# Electronic – Understanding Differential Mode Voltage of a Floating Circuit

common-modefloating

I am currently trying to work on studying for the ECE NCEE FE exam, but I came across the problem and don't quite understand the answer.

Essentially we have an ideal transformer with an arbitrary load on the secondary side, along with the knowledge that the secondary side is floating, and there is a 120V, 60Hz source on the primary side. Now the question is asked "at which of the following points has the highest risk of electrical shock if a person were to touch the circuit?" (Assuming the person is standing on the ground)

A: Primary side before transformer

B: Primary side GND (after transformer)

C: Secondary side after transformer and before load

D: Secondary side after transformer and load

Now the solution is point A – as point A has an established ground and voltage source (and a shared ground between the circuit and person), so touching point A basically creates a short in the primary side of the transformer, which causes the full source to flow through the person touching it.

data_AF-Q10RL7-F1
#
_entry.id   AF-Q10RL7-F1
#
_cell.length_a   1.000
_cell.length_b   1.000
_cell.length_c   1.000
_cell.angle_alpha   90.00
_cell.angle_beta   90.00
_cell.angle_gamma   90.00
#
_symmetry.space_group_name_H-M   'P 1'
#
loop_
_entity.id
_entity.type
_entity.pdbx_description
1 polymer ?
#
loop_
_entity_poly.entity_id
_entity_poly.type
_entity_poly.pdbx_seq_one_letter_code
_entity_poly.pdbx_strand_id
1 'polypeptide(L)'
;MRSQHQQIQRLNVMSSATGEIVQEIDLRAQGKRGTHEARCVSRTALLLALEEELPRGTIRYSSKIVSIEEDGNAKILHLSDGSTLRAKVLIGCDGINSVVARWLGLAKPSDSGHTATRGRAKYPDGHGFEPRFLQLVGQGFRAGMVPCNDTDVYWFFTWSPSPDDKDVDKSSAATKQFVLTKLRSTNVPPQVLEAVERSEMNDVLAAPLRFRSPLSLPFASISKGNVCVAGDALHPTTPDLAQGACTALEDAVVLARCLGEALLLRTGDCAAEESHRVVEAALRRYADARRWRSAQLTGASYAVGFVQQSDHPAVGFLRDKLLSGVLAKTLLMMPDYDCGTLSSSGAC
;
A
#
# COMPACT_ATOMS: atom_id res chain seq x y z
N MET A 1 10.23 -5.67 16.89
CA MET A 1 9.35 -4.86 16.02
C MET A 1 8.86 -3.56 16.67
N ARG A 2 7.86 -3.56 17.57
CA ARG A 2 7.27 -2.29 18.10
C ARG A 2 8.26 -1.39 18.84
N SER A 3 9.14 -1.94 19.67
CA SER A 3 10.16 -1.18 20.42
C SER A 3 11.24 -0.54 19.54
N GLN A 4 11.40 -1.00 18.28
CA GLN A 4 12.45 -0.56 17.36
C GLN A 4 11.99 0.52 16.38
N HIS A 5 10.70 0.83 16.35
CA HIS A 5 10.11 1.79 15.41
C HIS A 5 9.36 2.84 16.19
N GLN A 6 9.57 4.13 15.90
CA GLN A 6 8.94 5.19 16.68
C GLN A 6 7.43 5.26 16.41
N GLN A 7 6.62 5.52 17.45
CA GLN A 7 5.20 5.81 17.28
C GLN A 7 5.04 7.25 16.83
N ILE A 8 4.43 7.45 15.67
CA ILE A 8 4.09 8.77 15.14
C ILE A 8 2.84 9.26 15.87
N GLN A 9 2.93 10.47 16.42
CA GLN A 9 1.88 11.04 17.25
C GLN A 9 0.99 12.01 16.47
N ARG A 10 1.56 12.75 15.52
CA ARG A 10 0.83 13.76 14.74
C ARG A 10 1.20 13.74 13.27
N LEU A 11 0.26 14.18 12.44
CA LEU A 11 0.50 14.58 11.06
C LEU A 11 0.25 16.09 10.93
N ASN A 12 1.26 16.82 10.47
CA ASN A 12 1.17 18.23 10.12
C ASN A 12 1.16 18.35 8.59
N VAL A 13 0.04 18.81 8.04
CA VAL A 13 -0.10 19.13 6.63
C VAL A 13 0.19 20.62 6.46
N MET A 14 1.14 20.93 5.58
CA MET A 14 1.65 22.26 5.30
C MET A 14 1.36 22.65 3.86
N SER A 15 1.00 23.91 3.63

What I don't understand is the elaboration of the solution:
"…The transformer is ideal, and the load is floating. A fault condition does not exist. Therefore, there is no differential voltage to ground at point C or D."

What I don't understand is how is this possible? Doesn't the transformer provide power to the secondary side, thus creating a flow of current and potential across the load? Wouldn't grabbing point C also be dangerous as well, and possibly D since that node isn't common with earth/person ground – as the potential difference again is basically creating a short when the person touches point C to where they stand?

Basically my confusion is to how the floating side is somehow harmless when you have energy being input from the primary side and creating a potentially dangerous, unknown voltage across the load? I've always been taught that floating circuits are dangerous, not harmless.